Grades are a bad way to measure content

Most course delivery systems measure course completions and grades, but we know this is a poor way to measure learning and retention of the content — let alone the quality of the course. Why? Because grades simply measure the success of an individual’s effort at the time of testing, which most likely will not be the time of the need to apply the learning.  In fact, most grades and ranking systems simply prompt the learner to do whatever it takes to master the test, not to master the material. Most teachers will tell you that grades are also inflated, due to the need to not harm student success later in life, and to avoid painful conversations with parents. In the workplace, a grade on learning material is seen as simply one more hurdle one has to pass in order to get paid. 

The point of any learning endeavor should be mastery of the topic. Mastery by it’s nature involves a type of learning that encourages experimentation and failure, not rote memorization and quiz scores. If you only give a learner one chance to score a passing grade, will they have mastered the material? No. You will know that they scored a percentage accurately, but there is no chance to intervene and teach them what they got wrong, except en masse if the grades for a particular topic are very bad. We use letter grades to artificially divide people into ‘A’ students and ‘B’ students, but this does not help the ‘B’ student turn into the ‘A’ student, it simply tells them that they do not understand this topic very well or are not sufficiently able to cram for the test.

Measuring effort in a mastery learning environment looks a bit different. You must determine whether someone is using trial-and-error to complete the topic, or whether they are improving by reviewing the material and trying again. In a physical environment, this is highly subjective, although some teachers have managed. In an online environment, we can look at the behavior of the user to determine whether they are randomly clicking, or truly attempting to learn, and score effort accordingly.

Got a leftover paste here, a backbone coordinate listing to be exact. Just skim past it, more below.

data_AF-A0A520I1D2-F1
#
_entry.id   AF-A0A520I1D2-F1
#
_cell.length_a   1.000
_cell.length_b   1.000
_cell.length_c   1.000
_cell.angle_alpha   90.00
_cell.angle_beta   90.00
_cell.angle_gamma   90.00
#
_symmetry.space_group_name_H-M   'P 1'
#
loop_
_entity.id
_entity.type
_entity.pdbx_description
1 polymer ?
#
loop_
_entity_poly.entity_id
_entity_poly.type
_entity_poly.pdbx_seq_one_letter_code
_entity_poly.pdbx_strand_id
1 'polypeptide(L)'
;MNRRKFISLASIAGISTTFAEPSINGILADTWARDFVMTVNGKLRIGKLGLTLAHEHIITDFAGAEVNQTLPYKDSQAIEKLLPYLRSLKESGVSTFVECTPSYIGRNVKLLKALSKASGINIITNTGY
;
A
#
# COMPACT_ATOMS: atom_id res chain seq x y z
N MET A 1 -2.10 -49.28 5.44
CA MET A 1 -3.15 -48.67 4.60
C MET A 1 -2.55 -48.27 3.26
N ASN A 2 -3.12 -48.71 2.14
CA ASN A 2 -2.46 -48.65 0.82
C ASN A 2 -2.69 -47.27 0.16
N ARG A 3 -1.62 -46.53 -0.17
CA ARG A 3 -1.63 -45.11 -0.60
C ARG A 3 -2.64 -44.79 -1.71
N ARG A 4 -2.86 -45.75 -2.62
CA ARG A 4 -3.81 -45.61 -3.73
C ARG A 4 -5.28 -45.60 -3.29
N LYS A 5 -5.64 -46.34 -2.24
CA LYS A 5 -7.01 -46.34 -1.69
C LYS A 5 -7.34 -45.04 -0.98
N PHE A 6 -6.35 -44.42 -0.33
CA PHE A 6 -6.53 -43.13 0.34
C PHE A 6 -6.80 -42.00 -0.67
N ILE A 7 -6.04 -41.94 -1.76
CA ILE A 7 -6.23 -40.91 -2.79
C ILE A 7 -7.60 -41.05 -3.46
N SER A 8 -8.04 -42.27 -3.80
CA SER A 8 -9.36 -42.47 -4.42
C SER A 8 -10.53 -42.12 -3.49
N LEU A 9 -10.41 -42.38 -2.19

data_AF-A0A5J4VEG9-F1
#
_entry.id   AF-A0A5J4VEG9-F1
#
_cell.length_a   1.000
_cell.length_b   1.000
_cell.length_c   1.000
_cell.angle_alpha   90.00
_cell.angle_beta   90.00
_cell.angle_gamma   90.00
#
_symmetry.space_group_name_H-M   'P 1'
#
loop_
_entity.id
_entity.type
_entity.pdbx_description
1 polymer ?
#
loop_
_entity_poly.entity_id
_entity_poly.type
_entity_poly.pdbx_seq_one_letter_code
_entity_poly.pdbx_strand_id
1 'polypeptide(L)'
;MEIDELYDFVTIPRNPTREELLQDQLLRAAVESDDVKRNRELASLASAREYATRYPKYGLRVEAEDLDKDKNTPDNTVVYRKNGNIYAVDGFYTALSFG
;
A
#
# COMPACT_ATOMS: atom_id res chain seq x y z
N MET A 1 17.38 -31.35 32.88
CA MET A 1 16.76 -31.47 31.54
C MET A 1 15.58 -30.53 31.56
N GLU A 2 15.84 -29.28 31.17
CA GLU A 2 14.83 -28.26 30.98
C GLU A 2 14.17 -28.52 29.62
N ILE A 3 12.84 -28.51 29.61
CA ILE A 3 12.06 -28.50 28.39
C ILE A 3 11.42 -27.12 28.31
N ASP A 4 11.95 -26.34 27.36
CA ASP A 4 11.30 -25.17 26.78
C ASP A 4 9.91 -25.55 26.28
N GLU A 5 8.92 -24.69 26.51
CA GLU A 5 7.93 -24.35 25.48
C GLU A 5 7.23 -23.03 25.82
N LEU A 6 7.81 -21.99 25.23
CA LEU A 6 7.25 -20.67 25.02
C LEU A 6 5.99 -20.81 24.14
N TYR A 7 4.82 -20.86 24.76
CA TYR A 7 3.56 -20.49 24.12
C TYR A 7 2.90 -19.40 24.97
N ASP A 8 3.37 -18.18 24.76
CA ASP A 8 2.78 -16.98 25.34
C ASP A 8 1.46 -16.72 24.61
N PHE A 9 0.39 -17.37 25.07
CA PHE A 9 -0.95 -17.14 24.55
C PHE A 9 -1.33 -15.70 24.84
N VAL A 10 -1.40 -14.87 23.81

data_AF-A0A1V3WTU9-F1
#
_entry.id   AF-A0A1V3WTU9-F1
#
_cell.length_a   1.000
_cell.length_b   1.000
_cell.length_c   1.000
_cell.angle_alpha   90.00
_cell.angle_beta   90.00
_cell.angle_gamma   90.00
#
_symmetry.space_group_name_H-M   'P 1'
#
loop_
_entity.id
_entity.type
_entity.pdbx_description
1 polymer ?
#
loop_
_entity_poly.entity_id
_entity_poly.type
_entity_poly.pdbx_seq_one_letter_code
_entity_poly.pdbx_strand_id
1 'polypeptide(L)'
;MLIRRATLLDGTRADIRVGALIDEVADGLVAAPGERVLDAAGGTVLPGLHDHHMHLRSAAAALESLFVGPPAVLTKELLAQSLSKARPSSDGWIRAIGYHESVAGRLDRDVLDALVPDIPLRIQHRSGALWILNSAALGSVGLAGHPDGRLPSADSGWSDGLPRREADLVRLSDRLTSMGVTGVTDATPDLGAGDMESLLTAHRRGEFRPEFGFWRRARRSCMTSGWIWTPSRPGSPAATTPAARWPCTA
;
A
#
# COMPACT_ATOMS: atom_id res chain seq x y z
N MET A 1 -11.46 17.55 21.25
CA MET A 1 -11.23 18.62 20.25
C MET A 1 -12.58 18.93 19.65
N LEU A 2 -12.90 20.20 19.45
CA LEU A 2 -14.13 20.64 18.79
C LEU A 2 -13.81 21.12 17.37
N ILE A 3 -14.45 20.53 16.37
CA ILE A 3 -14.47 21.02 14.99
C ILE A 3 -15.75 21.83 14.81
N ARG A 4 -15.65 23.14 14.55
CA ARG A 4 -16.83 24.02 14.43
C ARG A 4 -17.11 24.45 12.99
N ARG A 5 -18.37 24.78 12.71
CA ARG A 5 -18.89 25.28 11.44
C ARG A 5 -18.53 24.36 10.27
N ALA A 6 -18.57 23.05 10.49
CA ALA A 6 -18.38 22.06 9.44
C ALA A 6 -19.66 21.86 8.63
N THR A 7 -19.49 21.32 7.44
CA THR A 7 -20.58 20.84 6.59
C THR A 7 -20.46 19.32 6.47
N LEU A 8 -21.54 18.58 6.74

Our goal is always that someone is able, regardless of the number of tries, to score 100% on a quiz, or can repeatedly submit an assignment until it is accepted as mastered. This is a technique that can be difficult to manage in the classroom, but is well suited to an online environment where a student can do this regardless of time or place.

Once you have moved to a mastery learning environment, learning effectiveness can more easily be measured. Learning effectiveness should be defined as the degree to which each activity and, by extension each microcourse, aids in the learner’s mastery of a particular topic. By observing the online behavior of students we are able to link your activities to their progress to mastery, and make recommendations to aid in the improvement of your content over time. 

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